Credit Crunch Stress

Stress and Your Job

Although a certain amount of stress is important in our daily lives, it helps us get up in the morning and partake in activities and helps us feel alive, too much can cause ‘dis-stress’. Stress can also have a knock on effect on our physical health such as heightening the possibility of high blood pressure, heart disease or stroke. It can also affect our relationships, making us feel anxious, fearful, distrustful or angry.

A recent article stated that, “one in four workers have had their Sundays ruined by anxiety about the working week since the recession started”. The article goes on to say that, “one in ten has seen their GP about their mental health since the crunch…One in fourteen workers has started to take anti-depressants for stress as a ‘direct result’ of the crisis” (The Metro). According to mental health charity, ‘Mind’, last year saw the biggest rise in the number of such prescriptions”. 39.1 million were issued in 2009 compared to 2010 where just 35.9 million were prescribed.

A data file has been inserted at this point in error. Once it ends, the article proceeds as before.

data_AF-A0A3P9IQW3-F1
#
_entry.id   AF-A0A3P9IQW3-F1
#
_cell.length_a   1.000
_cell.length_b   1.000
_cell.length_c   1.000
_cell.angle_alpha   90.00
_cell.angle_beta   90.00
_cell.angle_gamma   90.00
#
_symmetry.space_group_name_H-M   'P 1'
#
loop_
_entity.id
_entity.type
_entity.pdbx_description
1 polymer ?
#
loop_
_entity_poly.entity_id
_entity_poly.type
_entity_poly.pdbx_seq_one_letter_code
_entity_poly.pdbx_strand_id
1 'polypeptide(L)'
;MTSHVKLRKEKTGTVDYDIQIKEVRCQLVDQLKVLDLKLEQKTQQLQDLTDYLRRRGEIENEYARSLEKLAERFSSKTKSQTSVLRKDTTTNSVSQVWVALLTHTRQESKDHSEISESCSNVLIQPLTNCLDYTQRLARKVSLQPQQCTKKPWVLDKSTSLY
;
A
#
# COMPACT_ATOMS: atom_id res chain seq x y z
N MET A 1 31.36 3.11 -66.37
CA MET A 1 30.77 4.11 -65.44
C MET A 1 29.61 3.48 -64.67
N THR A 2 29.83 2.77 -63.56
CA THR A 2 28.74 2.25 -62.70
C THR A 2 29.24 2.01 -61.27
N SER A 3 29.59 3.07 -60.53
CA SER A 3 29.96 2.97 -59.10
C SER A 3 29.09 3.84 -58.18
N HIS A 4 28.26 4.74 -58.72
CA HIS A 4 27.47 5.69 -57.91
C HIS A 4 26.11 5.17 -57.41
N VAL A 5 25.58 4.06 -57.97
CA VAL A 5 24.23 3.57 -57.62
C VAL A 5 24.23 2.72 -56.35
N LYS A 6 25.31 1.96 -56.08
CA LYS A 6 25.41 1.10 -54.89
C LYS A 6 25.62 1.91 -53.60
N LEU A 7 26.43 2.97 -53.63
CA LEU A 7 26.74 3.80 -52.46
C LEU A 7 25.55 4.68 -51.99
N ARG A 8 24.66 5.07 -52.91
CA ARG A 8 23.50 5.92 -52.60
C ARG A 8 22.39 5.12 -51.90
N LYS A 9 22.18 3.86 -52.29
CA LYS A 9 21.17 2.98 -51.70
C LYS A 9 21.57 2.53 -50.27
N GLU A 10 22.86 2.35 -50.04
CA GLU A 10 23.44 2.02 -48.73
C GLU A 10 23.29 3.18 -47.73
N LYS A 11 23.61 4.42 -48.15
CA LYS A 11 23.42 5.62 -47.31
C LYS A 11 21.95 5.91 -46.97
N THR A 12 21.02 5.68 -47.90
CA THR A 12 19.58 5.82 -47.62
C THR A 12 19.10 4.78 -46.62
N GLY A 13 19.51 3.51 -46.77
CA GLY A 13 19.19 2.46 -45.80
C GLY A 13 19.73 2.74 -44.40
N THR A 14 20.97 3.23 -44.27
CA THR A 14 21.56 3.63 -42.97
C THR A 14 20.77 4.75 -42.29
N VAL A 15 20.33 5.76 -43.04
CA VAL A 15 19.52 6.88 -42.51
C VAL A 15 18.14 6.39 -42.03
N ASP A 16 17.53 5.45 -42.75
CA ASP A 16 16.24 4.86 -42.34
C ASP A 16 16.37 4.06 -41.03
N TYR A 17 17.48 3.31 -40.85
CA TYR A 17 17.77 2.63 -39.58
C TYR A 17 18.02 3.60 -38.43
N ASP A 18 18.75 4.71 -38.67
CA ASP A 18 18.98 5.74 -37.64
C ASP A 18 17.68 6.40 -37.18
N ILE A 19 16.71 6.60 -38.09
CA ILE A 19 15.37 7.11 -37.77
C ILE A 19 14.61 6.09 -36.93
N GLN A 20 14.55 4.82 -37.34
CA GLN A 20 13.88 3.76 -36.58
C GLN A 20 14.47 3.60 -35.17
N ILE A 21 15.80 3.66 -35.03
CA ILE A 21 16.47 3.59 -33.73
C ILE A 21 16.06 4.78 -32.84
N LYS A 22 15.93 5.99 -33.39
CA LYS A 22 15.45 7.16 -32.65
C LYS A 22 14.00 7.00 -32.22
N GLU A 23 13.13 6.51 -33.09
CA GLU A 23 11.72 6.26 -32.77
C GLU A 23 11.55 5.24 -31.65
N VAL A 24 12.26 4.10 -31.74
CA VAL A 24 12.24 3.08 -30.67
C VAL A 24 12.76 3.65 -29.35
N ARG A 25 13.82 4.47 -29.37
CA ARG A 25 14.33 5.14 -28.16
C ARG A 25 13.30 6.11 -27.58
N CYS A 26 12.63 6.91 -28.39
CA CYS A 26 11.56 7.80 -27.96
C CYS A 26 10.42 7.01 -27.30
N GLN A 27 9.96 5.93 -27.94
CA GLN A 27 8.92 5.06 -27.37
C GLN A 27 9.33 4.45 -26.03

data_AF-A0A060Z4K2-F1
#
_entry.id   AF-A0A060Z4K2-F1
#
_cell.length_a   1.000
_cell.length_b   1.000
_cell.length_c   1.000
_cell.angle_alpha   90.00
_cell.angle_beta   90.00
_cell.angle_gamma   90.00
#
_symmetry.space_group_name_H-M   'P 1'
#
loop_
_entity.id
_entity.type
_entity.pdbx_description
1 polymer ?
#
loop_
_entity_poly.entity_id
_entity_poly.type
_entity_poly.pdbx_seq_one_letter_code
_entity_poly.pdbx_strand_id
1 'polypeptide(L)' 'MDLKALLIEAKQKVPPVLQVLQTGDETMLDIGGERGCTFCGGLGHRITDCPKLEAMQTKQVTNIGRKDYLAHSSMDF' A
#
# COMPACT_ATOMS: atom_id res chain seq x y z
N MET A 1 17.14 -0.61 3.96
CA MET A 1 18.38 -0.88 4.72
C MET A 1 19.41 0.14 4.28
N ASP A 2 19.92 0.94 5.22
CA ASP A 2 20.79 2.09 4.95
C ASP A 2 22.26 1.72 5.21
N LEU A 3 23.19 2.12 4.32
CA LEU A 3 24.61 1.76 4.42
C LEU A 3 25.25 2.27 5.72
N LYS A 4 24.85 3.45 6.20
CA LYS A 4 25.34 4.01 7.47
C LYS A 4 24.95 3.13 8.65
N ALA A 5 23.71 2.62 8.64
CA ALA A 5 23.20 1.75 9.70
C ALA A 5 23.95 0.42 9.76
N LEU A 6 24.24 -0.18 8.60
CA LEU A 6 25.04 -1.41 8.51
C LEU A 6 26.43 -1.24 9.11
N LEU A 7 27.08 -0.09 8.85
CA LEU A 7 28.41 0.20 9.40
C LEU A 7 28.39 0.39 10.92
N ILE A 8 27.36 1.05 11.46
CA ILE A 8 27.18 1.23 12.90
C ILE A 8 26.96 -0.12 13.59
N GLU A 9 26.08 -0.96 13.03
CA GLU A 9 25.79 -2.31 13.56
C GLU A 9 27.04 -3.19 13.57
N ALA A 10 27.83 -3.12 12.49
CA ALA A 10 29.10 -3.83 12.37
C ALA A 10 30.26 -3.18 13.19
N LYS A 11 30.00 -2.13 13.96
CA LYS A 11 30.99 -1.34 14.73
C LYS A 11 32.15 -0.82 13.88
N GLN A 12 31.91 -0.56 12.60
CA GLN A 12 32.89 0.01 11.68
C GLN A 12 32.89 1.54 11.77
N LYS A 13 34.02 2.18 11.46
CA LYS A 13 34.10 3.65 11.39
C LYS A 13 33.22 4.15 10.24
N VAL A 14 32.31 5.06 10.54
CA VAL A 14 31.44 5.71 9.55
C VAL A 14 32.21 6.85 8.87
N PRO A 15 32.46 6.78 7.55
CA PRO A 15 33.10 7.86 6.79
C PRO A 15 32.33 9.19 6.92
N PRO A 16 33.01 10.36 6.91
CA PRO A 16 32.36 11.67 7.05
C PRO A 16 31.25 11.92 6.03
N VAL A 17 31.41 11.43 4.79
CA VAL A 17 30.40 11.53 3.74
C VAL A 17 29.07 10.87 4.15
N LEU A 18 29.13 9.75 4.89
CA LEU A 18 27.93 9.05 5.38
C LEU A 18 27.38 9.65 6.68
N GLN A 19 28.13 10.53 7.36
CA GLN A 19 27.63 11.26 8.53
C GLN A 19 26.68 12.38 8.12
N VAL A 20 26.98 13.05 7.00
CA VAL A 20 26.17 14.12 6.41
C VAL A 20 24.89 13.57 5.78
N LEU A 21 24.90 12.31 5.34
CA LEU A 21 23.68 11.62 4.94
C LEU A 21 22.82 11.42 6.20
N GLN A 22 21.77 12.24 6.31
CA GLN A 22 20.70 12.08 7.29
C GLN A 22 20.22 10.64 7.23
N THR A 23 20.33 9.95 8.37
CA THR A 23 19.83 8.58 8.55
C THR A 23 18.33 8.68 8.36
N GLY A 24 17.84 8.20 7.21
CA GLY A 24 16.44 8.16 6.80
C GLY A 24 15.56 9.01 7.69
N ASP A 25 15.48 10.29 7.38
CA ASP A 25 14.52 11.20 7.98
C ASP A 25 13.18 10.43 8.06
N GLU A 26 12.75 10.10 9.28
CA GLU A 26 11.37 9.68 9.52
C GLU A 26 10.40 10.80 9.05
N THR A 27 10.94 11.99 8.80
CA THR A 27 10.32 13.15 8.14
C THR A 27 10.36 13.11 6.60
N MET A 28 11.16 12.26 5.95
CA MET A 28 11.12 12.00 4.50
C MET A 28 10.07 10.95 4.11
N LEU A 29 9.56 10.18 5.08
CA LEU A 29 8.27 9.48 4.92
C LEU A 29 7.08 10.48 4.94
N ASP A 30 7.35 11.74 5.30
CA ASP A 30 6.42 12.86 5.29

A job is often more that just something a person does to make some money. It can be a part of a person’s identity and the threat of the loss of our job can effect us deeply. One of the first questions we ask a new acquaintance is ‘What do you do for a living’, and how we feel about our job, and consequently, ourselves, dictates our answer. Often we answer the question with ‘I am a…(vet, social worker, bus driver, teacher etc), not ‘I drive a bus’ or ‘I teach children’. We identify ourselves to others through our work. Therefore, work is an integral part of who we are and when that part is threatened, such as in the present credit climate, we have to reassess who we are and maybe think about ourselves in a different way.

Cavendish Psychotherapy and counselling allows you the space to explore these changes and the fears and anxieties that they provoke so that you are better able to take control and look to the future with a better understanding of yourself.